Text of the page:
Effective marketing includes creating a fear of losing out on an amazing deal.
I had a couple of people email me to ask about my feelings on offers and what kinds of offers we use. I do believe in doing an offer and part of the reason why is to create a sense of urgency. Here is the back side of a post card we use here at My Maid Service as an example.
Effective marketing materials all have, at minimum, three key elements: an offer, a call to action and a deadline. The deadline creates that critical sense of urgency that you want that prospective client to develop – that feeling that “if I don’t do it now, I’ll lose out on something incredible!”
In 1965, Yale psychology researcher Howard Leventhal created an experiment to show that being specific and appealing to a minor fear factor got more students doing what he wanted than being general. Essentially, for a really effective marketing piece, you have to tell your customers what to do (call to action) and to create a sense of urgency (deadline).
[EasyDNNnewsToken:Left Justify Embed 300 x 250]Leventhal was trying to increase the number of students getting a free Tetanus shot from the on-campus clinic, so he created two brochures which were given to seniors. The first was very descriptive with facts and data. The second was designed to test the theory that marketing with fear would be more effective so he included lots of graphic pictures of people with Tetanus and the terribly painful way they died. Both brochures included the statement that shots were available for free at the student clinic and the phone number for the clinic. A survey shows that the students who read the more graphic pamphlet were three times more likely to say they were going to be inoculated. However, when Leventhal checked later in both groups, only 3% of the seniors actually got the shot.
Dr. Leventhal then added to both pamphlets a map with the clinic circled and times when the shots were going to be given. This is the only thing that was changed on the brochures. After this change, both the high-fear and regular brochures led to 28% of the students actually getting the inoculation. This one small change more than anything caused a nearly 10 times increase in the students actually getting the shots. Remember these are seniors, they almost certainly knew where the clinic was. The combination of the map and the times took getting a shot from a general idea to clear instructions to the students on how to fit this into their lives. In the original brochure, the students were convinced a tetanus shot was something they should get, eventually. The second brochure made a Tetanus shot something a student needed to have at a specific time and a place.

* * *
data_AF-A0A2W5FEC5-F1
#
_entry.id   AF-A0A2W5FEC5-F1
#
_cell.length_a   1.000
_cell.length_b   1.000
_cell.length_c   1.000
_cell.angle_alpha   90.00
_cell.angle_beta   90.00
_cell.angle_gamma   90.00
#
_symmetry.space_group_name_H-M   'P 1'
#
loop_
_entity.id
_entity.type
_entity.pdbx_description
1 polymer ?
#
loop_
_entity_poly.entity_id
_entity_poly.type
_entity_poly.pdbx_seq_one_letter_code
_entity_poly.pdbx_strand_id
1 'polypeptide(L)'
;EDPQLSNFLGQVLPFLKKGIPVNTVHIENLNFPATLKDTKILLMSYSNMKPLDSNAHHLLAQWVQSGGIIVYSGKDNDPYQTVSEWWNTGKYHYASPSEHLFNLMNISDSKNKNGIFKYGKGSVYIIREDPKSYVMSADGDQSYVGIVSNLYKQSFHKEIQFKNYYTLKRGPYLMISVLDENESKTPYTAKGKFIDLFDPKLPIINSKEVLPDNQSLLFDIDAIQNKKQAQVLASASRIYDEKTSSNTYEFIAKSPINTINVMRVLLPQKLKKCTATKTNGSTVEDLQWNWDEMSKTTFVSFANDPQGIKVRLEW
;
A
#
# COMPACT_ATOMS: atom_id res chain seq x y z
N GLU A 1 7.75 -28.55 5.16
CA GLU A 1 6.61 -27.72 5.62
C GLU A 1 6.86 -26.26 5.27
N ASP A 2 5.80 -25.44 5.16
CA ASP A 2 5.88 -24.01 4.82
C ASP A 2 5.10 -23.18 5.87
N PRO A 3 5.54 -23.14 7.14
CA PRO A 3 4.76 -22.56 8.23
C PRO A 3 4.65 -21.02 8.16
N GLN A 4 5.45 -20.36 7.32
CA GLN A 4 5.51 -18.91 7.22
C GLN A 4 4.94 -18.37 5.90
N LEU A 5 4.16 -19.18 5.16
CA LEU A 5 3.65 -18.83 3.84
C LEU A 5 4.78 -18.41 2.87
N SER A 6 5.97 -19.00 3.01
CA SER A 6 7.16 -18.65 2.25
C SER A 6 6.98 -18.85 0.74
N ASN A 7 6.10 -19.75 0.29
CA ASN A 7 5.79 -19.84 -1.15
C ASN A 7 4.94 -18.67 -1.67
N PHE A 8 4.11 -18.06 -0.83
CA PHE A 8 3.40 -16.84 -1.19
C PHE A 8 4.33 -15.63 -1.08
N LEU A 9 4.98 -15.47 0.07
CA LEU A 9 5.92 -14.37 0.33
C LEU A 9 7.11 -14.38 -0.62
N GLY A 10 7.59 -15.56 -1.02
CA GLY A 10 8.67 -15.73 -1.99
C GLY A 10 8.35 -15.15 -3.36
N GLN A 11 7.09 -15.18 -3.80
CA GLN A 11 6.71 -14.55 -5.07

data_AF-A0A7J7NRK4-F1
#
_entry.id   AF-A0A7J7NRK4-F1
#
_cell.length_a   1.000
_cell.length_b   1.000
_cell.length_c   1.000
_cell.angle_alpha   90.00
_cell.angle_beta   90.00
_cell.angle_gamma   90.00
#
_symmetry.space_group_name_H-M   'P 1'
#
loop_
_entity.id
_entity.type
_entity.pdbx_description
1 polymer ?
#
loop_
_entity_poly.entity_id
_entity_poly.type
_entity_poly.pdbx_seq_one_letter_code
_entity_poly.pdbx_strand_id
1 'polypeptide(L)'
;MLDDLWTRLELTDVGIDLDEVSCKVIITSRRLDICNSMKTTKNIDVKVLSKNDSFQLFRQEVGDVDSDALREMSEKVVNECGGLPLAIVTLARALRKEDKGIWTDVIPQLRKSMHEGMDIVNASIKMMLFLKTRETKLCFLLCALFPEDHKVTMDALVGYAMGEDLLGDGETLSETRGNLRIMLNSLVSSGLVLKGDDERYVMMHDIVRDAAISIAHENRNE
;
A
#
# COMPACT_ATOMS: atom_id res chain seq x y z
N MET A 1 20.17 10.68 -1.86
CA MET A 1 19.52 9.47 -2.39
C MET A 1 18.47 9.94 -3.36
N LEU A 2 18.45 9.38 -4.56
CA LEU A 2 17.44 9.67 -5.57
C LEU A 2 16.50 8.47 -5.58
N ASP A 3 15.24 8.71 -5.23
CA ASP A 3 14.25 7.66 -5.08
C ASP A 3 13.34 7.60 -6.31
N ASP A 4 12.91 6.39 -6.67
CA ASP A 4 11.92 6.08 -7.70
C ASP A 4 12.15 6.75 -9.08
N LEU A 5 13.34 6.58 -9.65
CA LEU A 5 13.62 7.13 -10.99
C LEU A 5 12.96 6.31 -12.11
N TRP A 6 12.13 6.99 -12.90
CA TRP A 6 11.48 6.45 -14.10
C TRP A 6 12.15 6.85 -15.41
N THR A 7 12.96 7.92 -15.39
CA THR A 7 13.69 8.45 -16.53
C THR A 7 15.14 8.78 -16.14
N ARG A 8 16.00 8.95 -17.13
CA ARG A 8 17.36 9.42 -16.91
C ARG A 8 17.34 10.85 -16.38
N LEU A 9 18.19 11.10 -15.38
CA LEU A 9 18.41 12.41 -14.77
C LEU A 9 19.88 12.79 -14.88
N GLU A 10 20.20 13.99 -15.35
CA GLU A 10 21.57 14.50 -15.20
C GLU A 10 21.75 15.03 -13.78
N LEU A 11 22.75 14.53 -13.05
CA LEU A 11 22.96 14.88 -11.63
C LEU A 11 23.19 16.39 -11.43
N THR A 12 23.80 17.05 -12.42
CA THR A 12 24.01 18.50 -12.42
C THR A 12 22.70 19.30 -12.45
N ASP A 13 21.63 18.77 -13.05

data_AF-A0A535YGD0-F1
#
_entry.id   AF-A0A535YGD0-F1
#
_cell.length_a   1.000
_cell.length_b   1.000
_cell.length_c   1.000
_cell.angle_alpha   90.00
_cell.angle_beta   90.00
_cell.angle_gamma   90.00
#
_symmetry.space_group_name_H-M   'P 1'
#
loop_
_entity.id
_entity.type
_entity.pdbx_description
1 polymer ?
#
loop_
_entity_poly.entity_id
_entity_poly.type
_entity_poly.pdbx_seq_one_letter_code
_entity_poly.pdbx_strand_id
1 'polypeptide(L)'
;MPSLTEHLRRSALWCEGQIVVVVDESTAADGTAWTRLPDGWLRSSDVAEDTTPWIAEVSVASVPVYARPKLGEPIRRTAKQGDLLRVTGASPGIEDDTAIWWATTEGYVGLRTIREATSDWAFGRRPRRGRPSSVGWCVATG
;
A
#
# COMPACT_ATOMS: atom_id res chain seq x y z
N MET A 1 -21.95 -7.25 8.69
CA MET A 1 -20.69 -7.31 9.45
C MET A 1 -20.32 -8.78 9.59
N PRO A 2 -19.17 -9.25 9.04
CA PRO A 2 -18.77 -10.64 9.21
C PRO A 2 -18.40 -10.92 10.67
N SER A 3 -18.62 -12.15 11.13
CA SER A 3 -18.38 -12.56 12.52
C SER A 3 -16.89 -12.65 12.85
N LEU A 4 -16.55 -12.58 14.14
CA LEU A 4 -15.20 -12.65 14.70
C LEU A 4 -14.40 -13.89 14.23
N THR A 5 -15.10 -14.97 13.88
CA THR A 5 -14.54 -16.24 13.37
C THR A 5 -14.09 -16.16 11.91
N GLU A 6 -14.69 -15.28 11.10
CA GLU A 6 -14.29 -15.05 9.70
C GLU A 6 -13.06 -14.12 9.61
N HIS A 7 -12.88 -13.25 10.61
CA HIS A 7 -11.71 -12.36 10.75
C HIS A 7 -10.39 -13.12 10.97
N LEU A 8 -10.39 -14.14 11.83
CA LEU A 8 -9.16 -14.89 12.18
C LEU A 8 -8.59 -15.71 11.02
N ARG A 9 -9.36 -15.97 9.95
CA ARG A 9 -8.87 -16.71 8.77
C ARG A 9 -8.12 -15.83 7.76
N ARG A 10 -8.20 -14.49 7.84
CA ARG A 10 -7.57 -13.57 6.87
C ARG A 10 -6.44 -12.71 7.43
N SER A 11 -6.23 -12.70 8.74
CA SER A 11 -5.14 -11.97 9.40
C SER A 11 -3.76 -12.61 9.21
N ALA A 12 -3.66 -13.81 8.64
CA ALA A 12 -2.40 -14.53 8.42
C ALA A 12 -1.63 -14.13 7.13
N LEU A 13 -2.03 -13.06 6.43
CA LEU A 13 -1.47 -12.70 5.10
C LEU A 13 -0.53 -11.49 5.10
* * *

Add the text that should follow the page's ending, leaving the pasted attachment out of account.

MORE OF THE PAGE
Someday Never Comes
This is a lot like our customers. The scary brochure convinced the students that the shot was something they should do, when they got around to it. They said on the survey they were 3 times more likely to get the shot. But when it came down to it, only 3% actually did it, the same as the boring flyer. Adding the date and time gave them a sense of urgency; they knew where and when they had to go to get the shots.
We need to do the same thing. If our offers are good but have no clear call to action, clients will throw it into their coupon box intending to get to it someday. Someday never comes. The idea that they may lose out on the offer encourages them to pick up the phone right now and take action.
What this tells us is that the single most important thing on any marketing material is the call to action. You need to clearly tell the customer what to do and when. For example we use “Call 513-934-3254 by Friday for $100 off the first time with bi-weekly or weekly service.” Not everyone will agree with this aggressive of a discount, but you have to admit, it creates a real sense of urgency. CALL NOW is not enough. You need to say to call what and when.
More than the expensive artwork and graphic designers, you need to make sure you have a clear and urgent call to action.
Derek Christian is founder and owner of My Maid Service, Cincinnati’s largest, independent professional cleaning company. Prior to that, he spent thirteen years at P&G working on household cleaning products.